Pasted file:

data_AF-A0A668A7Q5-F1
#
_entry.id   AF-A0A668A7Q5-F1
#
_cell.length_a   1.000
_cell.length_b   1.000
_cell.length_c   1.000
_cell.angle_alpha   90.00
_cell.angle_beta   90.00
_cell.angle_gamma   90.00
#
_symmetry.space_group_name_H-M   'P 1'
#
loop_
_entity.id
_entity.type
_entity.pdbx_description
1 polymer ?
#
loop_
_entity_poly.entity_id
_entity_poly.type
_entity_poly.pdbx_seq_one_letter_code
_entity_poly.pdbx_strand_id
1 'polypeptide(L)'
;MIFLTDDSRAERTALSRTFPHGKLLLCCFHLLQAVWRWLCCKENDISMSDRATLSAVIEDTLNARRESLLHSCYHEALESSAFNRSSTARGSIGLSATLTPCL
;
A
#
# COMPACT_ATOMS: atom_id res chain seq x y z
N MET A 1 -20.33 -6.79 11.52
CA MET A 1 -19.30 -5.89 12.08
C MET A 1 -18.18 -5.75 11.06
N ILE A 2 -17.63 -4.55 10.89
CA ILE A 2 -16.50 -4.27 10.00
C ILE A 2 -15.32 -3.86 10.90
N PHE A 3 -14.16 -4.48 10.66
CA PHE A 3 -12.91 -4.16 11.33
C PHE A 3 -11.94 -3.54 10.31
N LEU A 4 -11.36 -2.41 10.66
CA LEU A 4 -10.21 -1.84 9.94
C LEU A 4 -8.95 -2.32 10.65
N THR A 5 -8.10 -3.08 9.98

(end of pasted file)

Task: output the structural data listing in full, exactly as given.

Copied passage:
data_AF-A0A668A7Q5-F1
#
_entry.id   AF-A0A668A7Q5-F1
#
_cell.length_a   1.000
_cell.length_b   1.000
_cell.length_c   1.000
_cell.angle_alpha   90.00
_cell.angle_beta   90.00
_cell.angle_gamma   90.00
#
_symmetry.space_group_name_H-M   'P 1'
#
loop_
_entity.id
_entity.type
_entity.pdbx_description
1 polymer ?
#
loop_
_entity_poly.entity_id
_entity_poly.type
_entity_poly.pdbx_seq_one_letter_code
_entity_poly.pdbx_strand_id
1 'polypeptide(L)'
;MIFLTDDSRAERTALSRTFPHGKLLLCCFHLLQAVWRWLCCKENDISMSDRATLSAVIEDTLNARRESLLHSCYHEALESSAFNRSSTARGSIGLSATLTPCL
;
A
#
# COMPACT_ATOMS: atom_id res chain seq x y z
N MET A 1 -20.33 -6.79 11.52
CA MET A 1 -19.30 -5.89 12.08
C MET A 1 -18.18 -5.75 11.06
N ILE A 2 -17.63 -4.55 10.89
CA ILE A 2 -16.50 -4.27 10.00
C ILE A 2 -15.32 -3.86 10.90
N PHE A 3 -14.16 -4.48 10.66
CA PHE A 3 -12.91 -4.16 11.33
C PHE A 3 -11.94 -3.54 10.31
N LEU A 4 -11.36 -2.41 10.66
CA LEU A 4 -10.21 -1.84 9.94
C LEU A 4 -8.95 -2.32 10.65
N THR A 5 -8.10 -3.08 9.98